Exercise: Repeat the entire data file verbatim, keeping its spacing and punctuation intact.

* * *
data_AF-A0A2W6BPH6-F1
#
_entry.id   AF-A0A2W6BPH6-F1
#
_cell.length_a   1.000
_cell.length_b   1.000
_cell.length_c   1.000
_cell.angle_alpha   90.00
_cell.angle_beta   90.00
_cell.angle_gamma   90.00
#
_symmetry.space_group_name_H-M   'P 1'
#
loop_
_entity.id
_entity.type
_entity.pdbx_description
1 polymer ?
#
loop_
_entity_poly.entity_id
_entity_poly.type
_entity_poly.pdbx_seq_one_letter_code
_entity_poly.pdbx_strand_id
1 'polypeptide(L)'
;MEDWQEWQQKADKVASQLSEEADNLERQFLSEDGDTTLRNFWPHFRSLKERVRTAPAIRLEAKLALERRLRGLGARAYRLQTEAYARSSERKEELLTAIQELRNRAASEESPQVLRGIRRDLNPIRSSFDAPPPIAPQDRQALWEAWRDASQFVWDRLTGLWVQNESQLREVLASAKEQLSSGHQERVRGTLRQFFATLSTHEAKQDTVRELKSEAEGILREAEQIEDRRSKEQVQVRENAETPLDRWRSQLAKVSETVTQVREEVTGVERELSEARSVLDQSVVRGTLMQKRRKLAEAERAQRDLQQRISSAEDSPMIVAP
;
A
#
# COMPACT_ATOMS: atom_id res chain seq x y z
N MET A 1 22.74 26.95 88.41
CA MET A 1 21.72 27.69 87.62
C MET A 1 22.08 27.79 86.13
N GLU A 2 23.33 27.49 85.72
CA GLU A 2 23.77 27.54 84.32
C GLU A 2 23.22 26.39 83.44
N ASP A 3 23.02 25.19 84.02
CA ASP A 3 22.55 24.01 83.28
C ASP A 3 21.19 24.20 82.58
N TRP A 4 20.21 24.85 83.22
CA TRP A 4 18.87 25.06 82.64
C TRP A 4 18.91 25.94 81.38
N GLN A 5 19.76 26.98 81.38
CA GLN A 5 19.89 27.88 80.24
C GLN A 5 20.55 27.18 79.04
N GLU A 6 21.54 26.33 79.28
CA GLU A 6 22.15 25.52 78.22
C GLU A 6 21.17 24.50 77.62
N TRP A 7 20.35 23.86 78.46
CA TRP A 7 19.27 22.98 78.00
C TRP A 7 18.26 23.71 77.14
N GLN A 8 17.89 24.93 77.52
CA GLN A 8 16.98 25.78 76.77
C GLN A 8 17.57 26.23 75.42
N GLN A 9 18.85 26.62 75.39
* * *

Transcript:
data_AF-A0A2W6BPH6-F1
#
_entry.id   AF-A0A2W6BPH6-F1
#
_cell.length_a   1.000
_cell.length_b   1.000
_cell.length_c   1.000
_cell.angle_alpha   90.00
_cell.angle_beta   90.00
_cell.angle_gamma   90.00
#
_symmetry.space_group_name_H-M   'P 1'
#
loop_
_entity.id
_entity.type
_entity.pdbx_description
1 polymer ?
#
loop_
_entity_poly.entity_id
_entity_poly.type
_entity_poly.pdbx_seq_one_letter_code
_entity_poly.pdbx_strand_id
1 'polypeptide(L)'
;MEDWQEWQQKADKVASQLSEEADNLERQFLSEDGDTTLRNFWPHFRSLKERVRTAPAIRLEAKLALERRLRGLGARAYRLQTEAYARSSERKEELLTAIQELRNRAASEESPQVLRGIRRDLNPIRSSFDAPPPIAPQDRQALWEAWRDASQFVWDRLTGLWVQNESQLREVLASAKEQLSSGHQERVRGTLRQFFATLSTHEAKQDTVRELKSEAEGILREAEQIEDRRSKEQVQVRENAETPLDRWRSQLAKVSETVTQVREEVTGVERELSEARSVLDQSVVRGTLMQKRRKLAEAERAQRDLQQRISSAEDSPMIVAP
;
A
#
# COMPACT_ATOMS: atom_id res chain seq x y z
N MET A 1 22.74 26.95 88.41
CA MET A 1 21.72 27.69 87.62
C MET A 1 22.08 27.79 86.13
N GLU A 2 23.33 27.49 85.72
CA GLU A 2 23.77 27.54 84.32
C GLU A 2 23.22 26.39 83.44
N ASP A 3 23.02 25.19 84.02
CA ASP A 3 22.55 24.01 83.28
C ASP A 3 21.19 24.20 82.58
N TRP A 4 20.21 24.85 83.22
CA TRP A 4 18.87 25.06 82.64
C TRP A 4 18.91 25.94 81.38
N GLN A 5 19.76 26.98 81.38
CA GLN A 5 19.89 27.88 80.24
C GLN A 5 20.55 27.18 79.04
N GLU A 6 21.54 26.33 79.28
CA GLU A 6 22.15 25.52 78.22
C GLU A 6 21.17 24.50 77.62
N TRP A 7 20.35 23.86 78.46
CA TRP A 7 19.27 22.98 78.00
C TRP A 7 18.26 23.71 77.14
N GLN A 8 17.89 24.93 77.52
CA GLN A 8 16.98 25.78 76.77
C GLN A 8 17.57 26.23 75.42
N GLN A 9 18.85 26.62 75.39